Tori Amos – Little Earthquakes
Record Label: Atlantic
Release Date: January 13, 1992
Both praised and dismissed for her idiosyncratic personality and feminist beliefs, Tori Amos has remained firmly within public consciousness with her commentary on the paradoxes of religion and life and all in between. Little Earthquakes marks the beginning of her career, and what a fabulous beginning it was.
Heralded as the fourth best album by a female artist of all time by Q magazine, Little Earthquakes is Amos’ most praised and well liked album to date. On the surface, it's even accessible - a word hardly bandied about when talking about the disappointment of religion, the dominant presence of man and a frank account of rape, which accounts for the majority of Little Earthquakes. Amos’ personal trauma and beliefs take precedence on the lyrical front, so intimate that they border on uncomfortable in the best possible way. When an artist manages to make it hard for the listener to listen to a song because of the subject matter, you know that you’ve found something good.
Opening with the enigmatic “Crucify,” a mid tempo ode to the dissatisfaction of organised religion, Amos proclaims “nothing I do is good enough for you.” This typical antipathy is a staple for any Tori Amos album, but is the only adverse mention of it here. Amos weaves a tale from childhood to current time with the first promoted single from the album, “Silent All These Years.” The stark nature of the lyrics is seen again here, with Amos asking “as years go by / will I choke on my tears / ‘till finally there is nothing left? / one more casualty.”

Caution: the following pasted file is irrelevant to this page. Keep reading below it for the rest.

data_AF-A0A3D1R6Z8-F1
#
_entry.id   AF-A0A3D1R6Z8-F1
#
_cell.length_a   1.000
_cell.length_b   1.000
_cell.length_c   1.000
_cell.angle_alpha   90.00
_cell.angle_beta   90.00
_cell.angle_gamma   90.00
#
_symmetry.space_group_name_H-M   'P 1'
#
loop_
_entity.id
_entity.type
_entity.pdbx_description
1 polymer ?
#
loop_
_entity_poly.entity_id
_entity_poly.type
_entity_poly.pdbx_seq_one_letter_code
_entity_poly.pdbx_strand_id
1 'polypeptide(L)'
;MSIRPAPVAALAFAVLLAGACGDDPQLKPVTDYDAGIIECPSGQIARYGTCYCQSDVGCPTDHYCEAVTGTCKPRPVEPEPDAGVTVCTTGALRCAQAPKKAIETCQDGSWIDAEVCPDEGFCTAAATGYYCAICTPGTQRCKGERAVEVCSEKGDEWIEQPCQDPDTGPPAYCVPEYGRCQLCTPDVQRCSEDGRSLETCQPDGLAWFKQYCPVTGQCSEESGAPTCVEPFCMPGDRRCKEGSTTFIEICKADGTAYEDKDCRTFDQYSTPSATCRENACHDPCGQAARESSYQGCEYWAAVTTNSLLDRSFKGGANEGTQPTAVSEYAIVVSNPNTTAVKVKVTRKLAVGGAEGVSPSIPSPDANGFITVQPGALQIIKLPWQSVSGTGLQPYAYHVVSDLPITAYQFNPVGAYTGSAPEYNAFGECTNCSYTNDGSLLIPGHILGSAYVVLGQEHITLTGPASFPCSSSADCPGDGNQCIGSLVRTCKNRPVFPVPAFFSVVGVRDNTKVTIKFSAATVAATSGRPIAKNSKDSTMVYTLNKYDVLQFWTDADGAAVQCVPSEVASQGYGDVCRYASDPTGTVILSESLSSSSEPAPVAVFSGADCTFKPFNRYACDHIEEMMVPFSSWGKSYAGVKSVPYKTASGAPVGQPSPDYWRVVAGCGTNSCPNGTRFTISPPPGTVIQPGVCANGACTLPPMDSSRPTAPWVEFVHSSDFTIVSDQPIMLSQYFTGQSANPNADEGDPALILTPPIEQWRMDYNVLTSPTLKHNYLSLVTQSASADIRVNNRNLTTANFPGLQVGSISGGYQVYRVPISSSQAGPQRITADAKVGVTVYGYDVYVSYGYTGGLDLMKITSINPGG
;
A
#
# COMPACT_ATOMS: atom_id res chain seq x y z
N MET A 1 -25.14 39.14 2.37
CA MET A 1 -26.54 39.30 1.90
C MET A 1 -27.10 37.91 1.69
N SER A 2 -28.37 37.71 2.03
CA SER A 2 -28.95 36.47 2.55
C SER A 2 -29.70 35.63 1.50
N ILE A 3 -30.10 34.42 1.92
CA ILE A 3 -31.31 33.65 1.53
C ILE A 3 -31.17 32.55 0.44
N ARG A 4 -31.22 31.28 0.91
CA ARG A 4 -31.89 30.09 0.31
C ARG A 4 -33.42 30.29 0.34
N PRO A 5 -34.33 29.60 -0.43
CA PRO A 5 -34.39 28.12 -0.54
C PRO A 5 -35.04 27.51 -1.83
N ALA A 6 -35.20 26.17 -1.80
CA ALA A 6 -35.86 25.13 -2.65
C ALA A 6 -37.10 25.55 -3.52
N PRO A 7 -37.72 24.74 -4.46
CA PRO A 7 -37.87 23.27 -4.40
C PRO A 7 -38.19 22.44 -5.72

The definitive song of the album comes in the penultimate track, “Me and a Gun.” Initially the first single, which then was withdrawn in favour of the more radio friendly “Silent All These Years,” “Me and a Gun” is a lone vocal track, with no instrumental backing of any kind. Amos’ hauntingly soft vocals pervade through every sense, chilling in their hushed, shockingly honest account of rape. Amos describes both the event itself and how she dealt with the trauma, with an honesty that is so brutal and unflinching that it makes her stand apart from other artists and their false sentiments. While definitely not a song for everyone, the open willingness is to be admired.
Album highlights include the progressively frantic “Precious Things” and the gentle sway of “Tear in Your Hand,” making the whole album flow seamlessly from high point to high point. The final refrain of title track “Little Earthquakes” ends with Amos almost praying “give me life give me pain/give me myself again,” ends the cathartic rollercoaster that is Little Earthquakes, a stunning debut album from an equally stunning artist.